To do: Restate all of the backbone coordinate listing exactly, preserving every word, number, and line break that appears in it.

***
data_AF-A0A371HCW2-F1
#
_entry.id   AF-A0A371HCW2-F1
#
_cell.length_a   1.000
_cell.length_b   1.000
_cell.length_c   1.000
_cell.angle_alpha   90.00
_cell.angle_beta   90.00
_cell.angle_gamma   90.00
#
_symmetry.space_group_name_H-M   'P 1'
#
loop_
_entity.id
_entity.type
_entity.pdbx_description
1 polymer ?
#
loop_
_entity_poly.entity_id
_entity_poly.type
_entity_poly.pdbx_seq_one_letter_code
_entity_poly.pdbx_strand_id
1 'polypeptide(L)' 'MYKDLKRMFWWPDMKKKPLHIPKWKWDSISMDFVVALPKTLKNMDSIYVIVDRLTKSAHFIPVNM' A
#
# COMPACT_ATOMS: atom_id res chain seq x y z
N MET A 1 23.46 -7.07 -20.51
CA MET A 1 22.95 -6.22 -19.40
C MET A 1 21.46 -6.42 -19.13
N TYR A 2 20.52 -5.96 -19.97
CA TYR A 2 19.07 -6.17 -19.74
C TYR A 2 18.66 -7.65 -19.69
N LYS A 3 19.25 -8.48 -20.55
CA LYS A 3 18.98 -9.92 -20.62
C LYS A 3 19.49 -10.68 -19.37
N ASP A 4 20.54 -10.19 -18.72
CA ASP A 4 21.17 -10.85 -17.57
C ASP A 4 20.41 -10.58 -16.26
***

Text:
data_AF-A0A371HCW2-F1
#
_entry.id   AF-A0A371HCW2-F1
#
_cell.length_a   1.000
_cell.length_b   1.000
_cell.length_c   1.000
_cell.angle_alpha   90.00
_cell.angle_beta   90.00
_cell.angle_gamma   90.00
#
_symmetry.space_group_name_H-M   'P 1'
#
loop_
_entity.id
_entity.type
_entity.pdbx_description
1 polymer ?
#
loop_
_entity_poly.entity_id
_entity_poly.type
_entity_poly.pdbx_seq_one_letter_code
_entity_poly.pdbx_strand_id
1 'polypeptide(L)' 'MYKDLKRMFWWPDMKKKPLHIPKWKWDSISMDFVVALPKTLKNMDSIYVIVDRLTKSAHFIPVNM' A
#
# COMPACT_ATOMS: atom_id res chain seq x y z
N MET A 1 23.46 -7.07 -20.51
CA MET A 1 22.95 -6.22 -19.40
C MET A 1 21.46 -6.42 -19.13
N TYR A 2 20.52 -5.96 -19.97
CA TYR A 2 19.07 -6.17 -19.74
C TYR A 2 18.66 -7.65 -19.69
N LYS A 3 19.25 -8.48 -20.55
CA LYS A 3 18.98 -9.92 -20.62
C LYS A 3 19.49 -10.68 -19.37
N ASP A 4 20.54 -10.19 -18.72
CA ASP A 4 21.17 -10.85 -17.57
C ASP A 4 20.41 -10.58 -16.26